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Sarah M. Ramey*1, Megan E. Rosa-CaldwellƗ1, Jacob L. BrownƗ1, David E. LeeƗ1, Richard A. PerryƗ1, Wesley A. HaynieƗ1, Aaron R. CaldwellƗ1, Tyrone A. Washingtonǂ1, Michael P. Wiggsǂ2, Nicholas P. Greeneǂ1 1University of Arkansas, Fayetteville, Arkansas; 2Univeristy of Texas at Tyler, Tyler, Texas

One negative side effect of cancer that dramatically affects cancer prognosis and progression is the development of cancer cachexia. Cancer cachexia is defined as cancer-associated muscle wasting. This is thought to be at least partially mediated by increased energy expenditure and is responsible for the death of 20-40% of all cancer patients. Although the liver is known to be the predominant regulator of whole body metabolism, there is little known about its relationship to the development of cancer cachexia. PURPOSE: The purpose of this exploratory study was to investigate alterations in liver metabolism by examining measures of glycogen storage throughout the progression of Lewis Lung Carcinoma (LLC) induced cancer cachexia. METHODS: C57BL/6J mice were injected with 1X106 LLC Cells in the left posterior leg, and the control group with phosphate buffered saline (PBS). The experimental groups included PBS, 1wk, 2wk, 3wk, and 4wk of cancer progression with 10-16 in each group. Sections of liver (n=~8/group) were cut and periodic acid-Schiff (PAS) stain for glycogen was completed. Images were analyzed for total area of stain as well as intensity of stain using NIS-Elements imaging software. A Welch’s one-way analysis of variance was used to determine differences between groups, a Tukey post hoc was used to determine differences between means. Significance was denoted at p<0.05. RESULTS: 4wk animals had ~30% larger livers compared to all other groups with no other differences detected (~1000mg compared to ~1300mg, p<0.05). However, there was no statistical differences detected between groups on either PAS area stained (~50% across groups, p>0.05) or intensity of stain (Arbitrary Intensity Unit ~30 across groups, p>0.05). Furthermore, neither glycogen area nor intensity correlated with liver size (r = 0.12 and r = 0.16 respectively). CONCLUSION: Differences in liver sizes are not attributable to glycogen storage. Though there were no differences in glycogen content, the increase in liver size suggests disruption of other processes in the liver. For future projects, we will further investigate mechanisms for liver hypertrophy in order to determine the relationship between the liver and cancer cachexia progression.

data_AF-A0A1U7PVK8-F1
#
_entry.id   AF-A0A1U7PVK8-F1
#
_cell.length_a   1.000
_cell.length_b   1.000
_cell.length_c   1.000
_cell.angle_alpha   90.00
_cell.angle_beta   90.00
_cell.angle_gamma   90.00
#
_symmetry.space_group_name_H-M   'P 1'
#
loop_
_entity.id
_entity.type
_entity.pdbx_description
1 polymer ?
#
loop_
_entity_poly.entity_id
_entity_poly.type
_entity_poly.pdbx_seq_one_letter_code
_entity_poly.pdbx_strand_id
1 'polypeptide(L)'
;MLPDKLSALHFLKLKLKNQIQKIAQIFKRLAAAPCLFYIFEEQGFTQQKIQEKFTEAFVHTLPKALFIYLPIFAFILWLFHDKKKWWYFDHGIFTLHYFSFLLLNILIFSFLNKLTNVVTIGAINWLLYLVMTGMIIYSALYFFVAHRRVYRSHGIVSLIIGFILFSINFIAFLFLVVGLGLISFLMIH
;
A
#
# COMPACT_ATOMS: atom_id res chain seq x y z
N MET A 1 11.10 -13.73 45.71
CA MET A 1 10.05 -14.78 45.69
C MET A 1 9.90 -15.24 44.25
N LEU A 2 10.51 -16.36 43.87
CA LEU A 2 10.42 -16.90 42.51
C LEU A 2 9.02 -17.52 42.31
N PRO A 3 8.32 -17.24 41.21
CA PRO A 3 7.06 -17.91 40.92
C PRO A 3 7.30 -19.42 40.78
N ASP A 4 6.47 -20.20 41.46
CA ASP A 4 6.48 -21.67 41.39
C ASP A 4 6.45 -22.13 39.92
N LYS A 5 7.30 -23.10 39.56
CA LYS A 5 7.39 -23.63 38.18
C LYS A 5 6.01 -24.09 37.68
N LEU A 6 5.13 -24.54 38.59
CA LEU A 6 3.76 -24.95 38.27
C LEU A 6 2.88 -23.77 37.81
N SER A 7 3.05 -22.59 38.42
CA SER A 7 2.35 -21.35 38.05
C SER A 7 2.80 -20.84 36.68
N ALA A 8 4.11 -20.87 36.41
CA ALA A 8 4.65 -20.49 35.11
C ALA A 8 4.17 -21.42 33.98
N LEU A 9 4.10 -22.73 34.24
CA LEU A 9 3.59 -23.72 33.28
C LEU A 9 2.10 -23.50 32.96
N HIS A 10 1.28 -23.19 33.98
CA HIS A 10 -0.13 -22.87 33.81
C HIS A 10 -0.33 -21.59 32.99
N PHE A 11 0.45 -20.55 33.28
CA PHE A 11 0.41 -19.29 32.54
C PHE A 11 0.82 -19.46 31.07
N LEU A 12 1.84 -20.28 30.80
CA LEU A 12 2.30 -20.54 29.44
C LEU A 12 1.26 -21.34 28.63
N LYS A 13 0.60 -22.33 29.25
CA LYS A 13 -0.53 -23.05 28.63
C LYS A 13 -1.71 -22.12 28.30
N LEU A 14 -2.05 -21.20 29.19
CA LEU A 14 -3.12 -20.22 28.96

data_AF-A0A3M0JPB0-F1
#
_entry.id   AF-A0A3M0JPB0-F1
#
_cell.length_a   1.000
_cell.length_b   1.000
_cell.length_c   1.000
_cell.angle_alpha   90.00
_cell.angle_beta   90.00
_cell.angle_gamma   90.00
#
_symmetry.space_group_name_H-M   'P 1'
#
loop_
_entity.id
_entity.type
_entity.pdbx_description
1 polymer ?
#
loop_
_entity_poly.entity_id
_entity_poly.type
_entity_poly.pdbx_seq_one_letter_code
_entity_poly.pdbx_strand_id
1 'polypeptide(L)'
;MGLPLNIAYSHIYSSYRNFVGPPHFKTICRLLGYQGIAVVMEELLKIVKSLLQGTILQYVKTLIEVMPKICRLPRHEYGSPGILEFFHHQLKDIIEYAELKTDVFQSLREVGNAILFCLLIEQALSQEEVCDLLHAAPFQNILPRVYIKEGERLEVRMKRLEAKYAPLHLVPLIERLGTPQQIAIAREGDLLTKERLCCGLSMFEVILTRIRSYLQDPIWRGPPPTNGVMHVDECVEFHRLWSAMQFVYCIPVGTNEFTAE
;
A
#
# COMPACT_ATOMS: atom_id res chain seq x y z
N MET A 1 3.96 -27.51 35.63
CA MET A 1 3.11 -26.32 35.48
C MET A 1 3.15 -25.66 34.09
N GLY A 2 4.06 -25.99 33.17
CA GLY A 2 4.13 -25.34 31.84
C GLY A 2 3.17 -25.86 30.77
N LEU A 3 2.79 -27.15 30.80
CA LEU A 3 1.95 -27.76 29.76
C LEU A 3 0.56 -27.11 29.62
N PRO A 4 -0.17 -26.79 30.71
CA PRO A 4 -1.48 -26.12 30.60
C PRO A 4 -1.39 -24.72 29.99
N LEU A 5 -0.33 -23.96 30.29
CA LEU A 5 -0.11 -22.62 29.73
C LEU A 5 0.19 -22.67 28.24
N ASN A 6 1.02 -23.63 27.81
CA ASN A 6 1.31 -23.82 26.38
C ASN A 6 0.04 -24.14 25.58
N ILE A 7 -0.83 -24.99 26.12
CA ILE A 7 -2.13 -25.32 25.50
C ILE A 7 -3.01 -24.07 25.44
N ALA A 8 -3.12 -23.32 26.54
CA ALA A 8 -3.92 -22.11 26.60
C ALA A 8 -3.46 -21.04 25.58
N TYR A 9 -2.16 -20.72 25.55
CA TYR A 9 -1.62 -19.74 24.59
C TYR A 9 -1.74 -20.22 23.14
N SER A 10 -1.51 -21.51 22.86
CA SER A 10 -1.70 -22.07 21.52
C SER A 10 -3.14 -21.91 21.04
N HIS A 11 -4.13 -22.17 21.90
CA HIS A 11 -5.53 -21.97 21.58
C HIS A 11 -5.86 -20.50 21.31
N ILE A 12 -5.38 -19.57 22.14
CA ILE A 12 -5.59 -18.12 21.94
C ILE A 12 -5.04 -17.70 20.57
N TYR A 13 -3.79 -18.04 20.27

This study was supported by The Arkansas Bioscience Institute and National Institutes of Health R15AR069913.

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